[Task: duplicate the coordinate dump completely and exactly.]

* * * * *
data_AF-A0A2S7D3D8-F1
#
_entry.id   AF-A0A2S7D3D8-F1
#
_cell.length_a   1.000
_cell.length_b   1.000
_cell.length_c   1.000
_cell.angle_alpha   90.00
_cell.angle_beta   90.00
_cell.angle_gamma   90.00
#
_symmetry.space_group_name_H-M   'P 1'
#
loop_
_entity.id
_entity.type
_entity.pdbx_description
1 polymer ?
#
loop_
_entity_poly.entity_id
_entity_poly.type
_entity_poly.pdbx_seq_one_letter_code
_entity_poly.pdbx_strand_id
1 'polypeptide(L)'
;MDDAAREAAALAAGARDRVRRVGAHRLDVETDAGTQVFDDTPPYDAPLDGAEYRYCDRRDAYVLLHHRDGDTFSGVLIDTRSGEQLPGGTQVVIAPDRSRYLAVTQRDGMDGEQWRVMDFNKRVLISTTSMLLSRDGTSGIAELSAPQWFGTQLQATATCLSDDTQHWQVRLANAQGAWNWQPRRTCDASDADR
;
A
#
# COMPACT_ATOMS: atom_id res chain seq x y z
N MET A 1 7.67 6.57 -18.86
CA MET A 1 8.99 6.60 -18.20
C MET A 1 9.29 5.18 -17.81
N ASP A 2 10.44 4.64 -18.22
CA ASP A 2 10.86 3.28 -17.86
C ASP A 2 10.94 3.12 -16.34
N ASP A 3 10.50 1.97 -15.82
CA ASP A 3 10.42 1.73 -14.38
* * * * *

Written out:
data_AF-A0A2S7D3D8-F1
#
_entry.id   AF-A0A2S7D3D8-F1
#
_cell.length_a   1.000
_cell.length_b   1.000
_cell.length_c   1.000
_cell.angle_alpha   90.00
_cell.angle_beta   90.00
_cell.angle_gamma   90.00
#
_symmetry.space_group_name_H-M   'P 1'
#
loop_
_entity.id
_entity.type
_entity.pdbx_description
1 polymer ?
#
loop_
_entity_poly.entity_id
_entity_poly.type
_entity_poly.pdbx_seq_one_letter_code
_entity_poly.pdbx_strand_id
1 'polypeptide(L)'
;MDDAAREAAALAAGARDRVRRVGAHRLDVETDAGTQVFDDTPPYDAPLDGAEYRYCDRRDAYVLLHHRDGDTFSGVLIDTRSGEQLPGGTQVVIAPDRSRYLAVTQRDGMDGEQWRVMDFNKRVLISTTSMLLSRDGTSGIAELSAPQWFGTQLQATATCLSDDTQHWQVRLANAQGAWNWQPRRTCDASDADR
;
A
#
# COMPACT_ATOMS: atom_id res chain seq x y z
N MET A 1 7.67 6.57 -18.86
CA MET A 1 8.99 6.60 -18.20
C MET A 1 9.29 5.18 -17.81
N ASP A 2 10.44 4.64 -18.22
CA ASP A 2 10.86 3.28 -17.86
C ASP A 2 10.94 3.12 -16.34
N ASP A 3 10.50 1.97 -15.82
CA ASP A 3 10.42 1.73 -14.38